Austin's NPR Station
Play Live Radio
Next Up:
Available On Air Stations

UT President Talks Budget Cuts, Research

Photo by KUT News.
UT Austin President William Powers gave the university community an update on the budget and his vision for the future during a speech Monday morning.

University of Texas President William Powers addressed the UT community this morning, touching on everything from state budget cuts, to his vision for the future and the importance he sees in having a leading research university. 

President Powers said, as the semester ends, the university still doesn’t know exactly how state budget cuts will affect UT.  But he gave an update on where things stand for the moment.“Under the House version, state general revenue for UT Austin will decrease by 20 1/2% or by $57 million a year. The Senate version would reduce our general revenue by about 16%, or about $50 million a year,” Powers said. 

Powers said UT has planned for cuts at the Senate level. But if the leaner House version passes, the university will have to make deeper cuts.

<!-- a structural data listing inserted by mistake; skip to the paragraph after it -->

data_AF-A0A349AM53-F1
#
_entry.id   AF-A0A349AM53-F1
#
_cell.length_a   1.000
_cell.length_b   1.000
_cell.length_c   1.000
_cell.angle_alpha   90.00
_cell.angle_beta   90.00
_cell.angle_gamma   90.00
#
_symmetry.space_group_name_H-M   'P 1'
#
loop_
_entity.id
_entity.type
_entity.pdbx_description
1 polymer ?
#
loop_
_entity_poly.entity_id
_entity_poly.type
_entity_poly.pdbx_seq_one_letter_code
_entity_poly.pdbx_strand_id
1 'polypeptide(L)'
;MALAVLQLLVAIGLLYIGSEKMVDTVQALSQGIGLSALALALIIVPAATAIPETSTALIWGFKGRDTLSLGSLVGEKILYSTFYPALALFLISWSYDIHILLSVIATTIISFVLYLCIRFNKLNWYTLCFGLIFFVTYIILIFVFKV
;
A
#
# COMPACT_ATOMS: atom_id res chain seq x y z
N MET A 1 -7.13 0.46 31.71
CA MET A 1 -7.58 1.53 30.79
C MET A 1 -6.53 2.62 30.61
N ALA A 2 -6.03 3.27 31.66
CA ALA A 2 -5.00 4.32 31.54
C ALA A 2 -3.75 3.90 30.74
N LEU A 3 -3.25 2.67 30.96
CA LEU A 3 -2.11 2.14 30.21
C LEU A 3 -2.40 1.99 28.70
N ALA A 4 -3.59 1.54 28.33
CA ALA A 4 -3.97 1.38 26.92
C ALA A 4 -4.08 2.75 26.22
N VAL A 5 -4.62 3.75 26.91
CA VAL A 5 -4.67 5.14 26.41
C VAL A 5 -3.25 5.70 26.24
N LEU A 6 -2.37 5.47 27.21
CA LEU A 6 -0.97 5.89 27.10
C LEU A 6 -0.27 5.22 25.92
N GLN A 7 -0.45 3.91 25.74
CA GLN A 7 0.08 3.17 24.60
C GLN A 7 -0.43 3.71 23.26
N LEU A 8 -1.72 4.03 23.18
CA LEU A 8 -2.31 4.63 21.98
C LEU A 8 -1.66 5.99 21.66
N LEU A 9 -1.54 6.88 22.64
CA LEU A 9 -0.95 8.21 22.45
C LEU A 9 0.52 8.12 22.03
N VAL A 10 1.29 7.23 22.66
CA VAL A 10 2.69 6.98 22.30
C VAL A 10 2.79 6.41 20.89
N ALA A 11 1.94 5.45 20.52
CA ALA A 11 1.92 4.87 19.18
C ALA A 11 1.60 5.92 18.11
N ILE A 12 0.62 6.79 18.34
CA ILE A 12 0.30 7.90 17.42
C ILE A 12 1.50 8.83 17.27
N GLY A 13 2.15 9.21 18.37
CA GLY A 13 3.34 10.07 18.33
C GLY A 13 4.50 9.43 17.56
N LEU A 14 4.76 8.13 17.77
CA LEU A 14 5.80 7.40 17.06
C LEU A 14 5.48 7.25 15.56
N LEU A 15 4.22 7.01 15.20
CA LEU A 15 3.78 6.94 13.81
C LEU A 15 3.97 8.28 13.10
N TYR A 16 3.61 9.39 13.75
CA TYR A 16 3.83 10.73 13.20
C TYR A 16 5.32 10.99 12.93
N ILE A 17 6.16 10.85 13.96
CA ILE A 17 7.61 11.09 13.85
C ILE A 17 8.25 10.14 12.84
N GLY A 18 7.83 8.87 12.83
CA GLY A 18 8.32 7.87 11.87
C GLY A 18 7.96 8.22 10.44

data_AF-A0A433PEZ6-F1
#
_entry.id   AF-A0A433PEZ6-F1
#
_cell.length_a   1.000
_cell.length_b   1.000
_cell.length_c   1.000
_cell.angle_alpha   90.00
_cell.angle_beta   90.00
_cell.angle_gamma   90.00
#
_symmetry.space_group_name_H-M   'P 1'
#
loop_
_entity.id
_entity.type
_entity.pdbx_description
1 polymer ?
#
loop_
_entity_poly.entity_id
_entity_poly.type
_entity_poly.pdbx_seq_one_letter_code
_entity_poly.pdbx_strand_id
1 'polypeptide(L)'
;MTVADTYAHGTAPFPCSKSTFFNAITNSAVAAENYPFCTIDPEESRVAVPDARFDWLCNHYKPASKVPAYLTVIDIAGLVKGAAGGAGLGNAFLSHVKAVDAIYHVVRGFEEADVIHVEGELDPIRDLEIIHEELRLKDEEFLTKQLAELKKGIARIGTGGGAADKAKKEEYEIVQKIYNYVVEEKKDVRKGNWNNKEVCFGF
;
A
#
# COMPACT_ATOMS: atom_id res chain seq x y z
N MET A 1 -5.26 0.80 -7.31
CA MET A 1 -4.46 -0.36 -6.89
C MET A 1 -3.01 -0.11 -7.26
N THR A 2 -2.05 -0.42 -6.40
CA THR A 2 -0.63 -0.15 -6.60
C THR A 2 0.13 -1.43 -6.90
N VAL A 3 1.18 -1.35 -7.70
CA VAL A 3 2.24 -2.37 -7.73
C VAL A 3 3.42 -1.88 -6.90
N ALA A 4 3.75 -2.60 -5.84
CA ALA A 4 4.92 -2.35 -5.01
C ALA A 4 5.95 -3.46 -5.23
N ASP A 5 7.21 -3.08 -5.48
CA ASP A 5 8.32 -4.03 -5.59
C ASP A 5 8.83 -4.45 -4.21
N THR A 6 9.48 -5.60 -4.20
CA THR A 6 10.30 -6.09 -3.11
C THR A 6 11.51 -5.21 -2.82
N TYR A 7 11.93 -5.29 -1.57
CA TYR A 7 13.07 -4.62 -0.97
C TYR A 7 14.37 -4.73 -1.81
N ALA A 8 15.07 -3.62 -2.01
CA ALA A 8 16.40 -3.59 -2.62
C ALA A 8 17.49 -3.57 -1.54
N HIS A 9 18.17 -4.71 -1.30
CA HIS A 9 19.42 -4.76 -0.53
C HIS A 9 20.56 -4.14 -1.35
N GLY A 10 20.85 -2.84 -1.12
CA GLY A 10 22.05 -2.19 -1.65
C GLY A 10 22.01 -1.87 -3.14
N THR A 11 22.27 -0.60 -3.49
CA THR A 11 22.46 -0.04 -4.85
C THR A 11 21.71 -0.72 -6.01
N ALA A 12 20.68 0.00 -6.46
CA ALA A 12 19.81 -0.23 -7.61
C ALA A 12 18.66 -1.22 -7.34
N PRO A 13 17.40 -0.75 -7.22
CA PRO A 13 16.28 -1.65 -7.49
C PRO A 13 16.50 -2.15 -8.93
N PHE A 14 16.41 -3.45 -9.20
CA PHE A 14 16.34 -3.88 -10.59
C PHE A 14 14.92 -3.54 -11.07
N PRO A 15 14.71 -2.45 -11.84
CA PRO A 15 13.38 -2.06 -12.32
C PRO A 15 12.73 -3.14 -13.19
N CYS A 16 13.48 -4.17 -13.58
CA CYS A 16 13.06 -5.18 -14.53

“We’ll have to make up the differences with some reserve balances, additional budget cuts and, yes, layoffs,” he said. 

There are 21 more days until the end of the Texas Legislative session.  The state has been cutting higher education spending over the past few decades.  Powers said UT is going to have to continue to change how it does business to be sustainable in the long run.  He also spoke about what he views as the importance of university research to help solve global issues.

“Our faculty are working on energy sustainability through research initiatives in carbon capture, large scale alternative energy storage and solar energy. Our advanced computing capability, which includes one of the world’s most powerful super computers, is being applied to the study of hurricanes, oil spills and earthquakes,” Powers said. 

The president’s remarks on research come after a special advisor to UT was removed from his position after questioning the value of research- and money spent on it- in higher education.  You can read more about that story online at KUT's political reporting partner, the Texas Tribune.